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Re: Jesus the God Man

Jesus bore an exact resemblance to God. He was just such a being as we should suppose God to be, were he to become incarnate, and to act as a man. He was the embodied representation of the Deity. He was pure--like God. He was benevolent--like God. He spake to the winds and storms--like God. He healed diseases--like God. He raised the dead--like God. He wielded the power which God only can wield, and he manifested a character in all respects like that which we should suppose God would evince, if he appeared in human flesh, and dwelt among men. And this is saying much. It is, in fact, saying that the account in the Gospels is real, and that the Christian religion is true.

Uninspired men could never have drawn such a character as that of Jesus Christ, unless that character had actually existed. The attempt has often been made to describe God, or to show how he would speak and act if he came down to earth. Thus the Hindoos speak of the incarnations of Vishnu; and thus Homer, and Virgil, and most of the ancient poets, speak of the appearance of the gods, and describe them as they were supposed to appear. But how different from the character of the Lord Jesus! They are full of passion, and lust, and anger, and contention, and strife; they come to mingle in battles, and to take part with contending armies, and they evince the same spirit as men, and are merely men of great power, and more gigantic passions; but Christ is GOD IN HUMAN NATURE. The form is that of man; the Spirit is that of God.

He walks, and eats, and sleeps as a man; he thinks, and speaks, and acts like God. He was born as a man--but the angels adored him as God. As a man he ate; yet, by a word, he created food for thousands, as if he were God. Like a man he slept on a pillow, while the vessel was tossed by the waves; like God he rose, and rebuked the winds, and they were still. As a man he went, with affectionate interest, to the house of Martha and Mary. As a man he sympathized with them in their affliction, and wept at the grave of their brother; like God he spoke, and the dead came forth to the land of the living. As a man he travelled through the land of Judea. He was without a home; yet everywhere the sick were laid at his feet, and health came from his touch, and strength from the words of his lips--as if he were God. As a man he prayed in the garden of Gethsemane; he bore his cross to Calvary; he was nailed to the tree; yet then the heavens grew dark, and the earth shook, and the dead arose--as if he were God. As a man he slept in the cold tomb; like God he rose, and brought life and immortality to light. He lived on earth as a man--he ascended to heaven like God.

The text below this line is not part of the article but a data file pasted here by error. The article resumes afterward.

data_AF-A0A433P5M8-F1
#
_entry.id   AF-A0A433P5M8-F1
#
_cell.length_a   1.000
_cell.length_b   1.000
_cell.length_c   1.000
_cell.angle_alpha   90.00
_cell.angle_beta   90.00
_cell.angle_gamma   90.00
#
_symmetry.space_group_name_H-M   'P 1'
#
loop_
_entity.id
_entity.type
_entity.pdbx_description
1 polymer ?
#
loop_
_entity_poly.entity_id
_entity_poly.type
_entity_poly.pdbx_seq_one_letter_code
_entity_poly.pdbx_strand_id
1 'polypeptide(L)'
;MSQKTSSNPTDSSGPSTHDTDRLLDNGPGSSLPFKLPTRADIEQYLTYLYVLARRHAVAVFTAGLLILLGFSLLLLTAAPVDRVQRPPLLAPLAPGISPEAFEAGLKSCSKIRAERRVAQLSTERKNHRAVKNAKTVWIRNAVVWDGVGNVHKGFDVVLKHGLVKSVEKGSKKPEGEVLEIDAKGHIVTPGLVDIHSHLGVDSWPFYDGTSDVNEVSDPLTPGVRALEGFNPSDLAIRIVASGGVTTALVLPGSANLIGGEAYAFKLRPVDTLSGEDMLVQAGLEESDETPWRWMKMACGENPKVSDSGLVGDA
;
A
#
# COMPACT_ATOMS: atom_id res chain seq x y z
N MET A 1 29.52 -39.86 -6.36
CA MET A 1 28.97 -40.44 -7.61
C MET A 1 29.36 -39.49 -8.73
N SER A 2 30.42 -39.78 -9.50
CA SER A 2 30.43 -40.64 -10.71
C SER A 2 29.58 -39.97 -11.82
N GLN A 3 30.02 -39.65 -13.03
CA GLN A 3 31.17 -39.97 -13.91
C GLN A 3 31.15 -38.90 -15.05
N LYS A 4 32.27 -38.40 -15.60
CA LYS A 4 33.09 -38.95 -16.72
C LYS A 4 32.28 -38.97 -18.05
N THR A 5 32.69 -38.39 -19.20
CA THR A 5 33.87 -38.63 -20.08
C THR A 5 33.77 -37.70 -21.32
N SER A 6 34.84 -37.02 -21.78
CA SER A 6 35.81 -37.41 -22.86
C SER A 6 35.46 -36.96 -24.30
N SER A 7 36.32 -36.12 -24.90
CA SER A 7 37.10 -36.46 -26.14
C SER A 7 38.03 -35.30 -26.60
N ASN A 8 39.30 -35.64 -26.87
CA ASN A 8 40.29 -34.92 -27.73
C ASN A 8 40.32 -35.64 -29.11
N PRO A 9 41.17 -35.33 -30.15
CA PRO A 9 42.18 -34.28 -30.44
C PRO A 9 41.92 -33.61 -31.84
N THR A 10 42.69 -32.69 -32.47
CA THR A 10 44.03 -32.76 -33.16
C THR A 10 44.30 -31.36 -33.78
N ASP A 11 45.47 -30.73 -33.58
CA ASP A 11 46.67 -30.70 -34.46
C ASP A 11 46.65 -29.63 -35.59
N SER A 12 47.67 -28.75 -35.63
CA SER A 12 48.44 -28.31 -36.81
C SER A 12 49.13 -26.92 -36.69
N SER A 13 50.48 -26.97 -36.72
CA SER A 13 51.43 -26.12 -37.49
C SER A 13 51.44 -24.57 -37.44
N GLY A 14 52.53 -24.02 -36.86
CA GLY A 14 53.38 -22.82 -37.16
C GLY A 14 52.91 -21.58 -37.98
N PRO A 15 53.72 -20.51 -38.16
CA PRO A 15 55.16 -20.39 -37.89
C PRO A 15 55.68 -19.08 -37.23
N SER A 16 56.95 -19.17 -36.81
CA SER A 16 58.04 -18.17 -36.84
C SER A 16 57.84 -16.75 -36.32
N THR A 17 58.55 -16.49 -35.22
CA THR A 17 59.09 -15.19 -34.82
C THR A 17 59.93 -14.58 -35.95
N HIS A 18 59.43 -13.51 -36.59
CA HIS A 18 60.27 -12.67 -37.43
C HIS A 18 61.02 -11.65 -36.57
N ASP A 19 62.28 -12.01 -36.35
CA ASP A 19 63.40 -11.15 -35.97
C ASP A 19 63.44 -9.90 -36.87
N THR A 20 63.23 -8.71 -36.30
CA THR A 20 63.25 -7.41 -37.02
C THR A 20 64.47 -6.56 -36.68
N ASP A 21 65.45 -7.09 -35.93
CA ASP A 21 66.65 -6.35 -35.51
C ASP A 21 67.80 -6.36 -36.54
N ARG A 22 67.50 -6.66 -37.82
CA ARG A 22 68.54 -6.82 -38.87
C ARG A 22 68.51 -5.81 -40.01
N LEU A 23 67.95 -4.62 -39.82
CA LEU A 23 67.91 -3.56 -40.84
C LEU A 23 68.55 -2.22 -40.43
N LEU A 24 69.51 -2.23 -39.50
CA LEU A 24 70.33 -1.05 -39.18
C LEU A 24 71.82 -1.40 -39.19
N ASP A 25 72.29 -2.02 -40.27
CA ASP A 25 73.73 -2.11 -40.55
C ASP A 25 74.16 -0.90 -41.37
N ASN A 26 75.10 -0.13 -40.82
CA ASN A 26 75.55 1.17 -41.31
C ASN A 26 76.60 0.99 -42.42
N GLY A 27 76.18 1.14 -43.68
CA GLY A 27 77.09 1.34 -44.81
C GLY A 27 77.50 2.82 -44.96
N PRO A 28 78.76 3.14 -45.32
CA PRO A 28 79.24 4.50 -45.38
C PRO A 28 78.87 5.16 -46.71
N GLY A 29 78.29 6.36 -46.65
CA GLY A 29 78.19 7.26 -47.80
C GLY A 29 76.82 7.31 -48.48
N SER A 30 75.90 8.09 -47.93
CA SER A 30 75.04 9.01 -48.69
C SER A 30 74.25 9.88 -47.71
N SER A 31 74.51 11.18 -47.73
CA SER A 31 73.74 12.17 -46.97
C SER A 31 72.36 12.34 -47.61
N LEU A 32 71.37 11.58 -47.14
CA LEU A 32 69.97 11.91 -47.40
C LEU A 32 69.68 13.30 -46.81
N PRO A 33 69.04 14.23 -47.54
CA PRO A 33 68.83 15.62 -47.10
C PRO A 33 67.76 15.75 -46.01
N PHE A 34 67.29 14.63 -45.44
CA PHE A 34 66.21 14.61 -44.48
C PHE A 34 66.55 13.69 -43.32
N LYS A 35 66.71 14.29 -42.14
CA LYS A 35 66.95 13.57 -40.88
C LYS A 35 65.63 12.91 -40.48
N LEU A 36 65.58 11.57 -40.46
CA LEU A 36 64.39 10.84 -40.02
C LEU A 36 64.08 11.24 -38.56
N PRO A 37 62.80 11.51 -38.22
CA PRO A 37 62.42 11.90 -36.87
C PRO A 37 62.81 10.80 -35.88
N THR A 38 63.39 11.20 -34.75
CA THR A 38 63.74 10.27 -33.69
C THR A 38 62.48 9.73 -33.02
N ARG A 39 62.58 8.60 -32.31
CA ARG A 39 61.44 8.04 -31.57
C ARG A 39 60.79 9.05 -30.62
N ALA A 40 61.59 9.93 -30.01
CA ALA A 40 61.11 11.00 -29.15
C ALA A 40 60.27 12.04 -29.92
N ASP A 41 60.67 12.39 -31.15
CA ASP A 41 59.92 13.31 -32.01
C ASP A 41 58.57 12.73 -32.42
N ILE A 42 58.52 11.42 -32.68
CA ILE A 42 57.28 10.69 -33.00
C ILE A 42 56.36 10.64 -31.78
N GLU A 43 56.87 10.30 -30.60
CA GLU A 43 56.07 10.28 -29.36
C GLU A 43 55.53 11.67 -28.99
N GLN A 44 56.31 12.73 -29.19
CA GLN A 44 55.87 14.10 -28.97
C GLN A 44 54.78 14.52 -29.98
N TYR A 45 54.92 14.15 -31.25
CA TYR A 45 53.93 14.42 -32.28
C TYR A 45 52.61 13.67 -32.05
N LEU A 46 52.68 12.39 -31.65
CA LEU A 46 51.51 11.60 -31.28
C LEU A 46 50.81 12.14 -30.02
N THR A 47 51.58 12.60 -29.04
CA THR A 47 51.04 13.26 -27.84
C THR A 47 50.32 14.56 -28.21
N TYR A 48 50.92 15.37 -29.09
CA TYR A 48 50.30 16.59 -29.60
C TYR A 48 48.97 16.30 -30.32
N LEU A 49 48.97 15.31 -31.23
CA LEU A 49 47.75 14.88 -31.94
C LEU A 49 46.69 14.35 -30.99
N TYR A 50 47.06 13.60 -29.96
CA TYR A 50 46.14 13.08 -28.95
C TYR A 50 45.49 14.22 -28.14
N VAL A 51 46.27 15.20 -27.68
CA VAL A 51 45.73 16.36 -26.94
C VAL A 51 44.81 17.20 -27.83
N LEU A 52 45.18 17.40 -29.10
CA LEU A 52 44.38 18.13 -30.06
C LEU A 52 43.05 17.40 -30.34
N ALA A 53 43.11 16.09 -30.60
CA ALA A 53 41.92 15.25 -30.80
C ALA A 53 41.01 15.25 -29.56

And in all the life of the Redeemer, in all the variety of trying situations in which he was placed, there was not a word or action which was inconsistent with the supposition that he was the incarnate God. There was no failure of any effort to heal the sick or to raise the dead; no look, no word, no deed, that is not perfectly consistent with this supposition; but, on the contrary, his life is full of events which can be explained on no other supposition than that he was the appropriate shining forth of the Divine glory, and the exact resemblance of the essence of God.

There are not two Gods, as there are not two suns when the sun shines. It is the one God, in a mysterious and incomprehensible manner, shining into the world in the face of Jesus Christ.
--Barnes New Testament Commentary on Hebrews

"God, Who at various times and in various ways spoke in times past to the fathers by the prophets, has in these last days spoken to us by His Son, Whom He has appointed heir of all things, through Whom also He made the worlds; Who being the brightness of His glory and the express image of His essence, and upholding all things by the Word of His power, when He had by Himself made purification for our sins, sat down at the right hand of the Majesty on high" (Heb1:1-3)

"...Christ Jesus, who, being in the form of God, did not consider clinging, to be equal with God, but emptied Himself, taking the form of a bondservant, and coming in the likeness of men. And being found comprised as a man, He humbled Himself and became obedient unto death, even the death of the cross. Therefore God also has highly exalted Him and given Him a name which is above every name, that at the name of Jesus every knee should bow, of those in Heaven, and of those on earth, and of those under the earth, and that every tongue should confess that Jesus Christ is Lord, to the glory of God the Father." (Php2:5-11)

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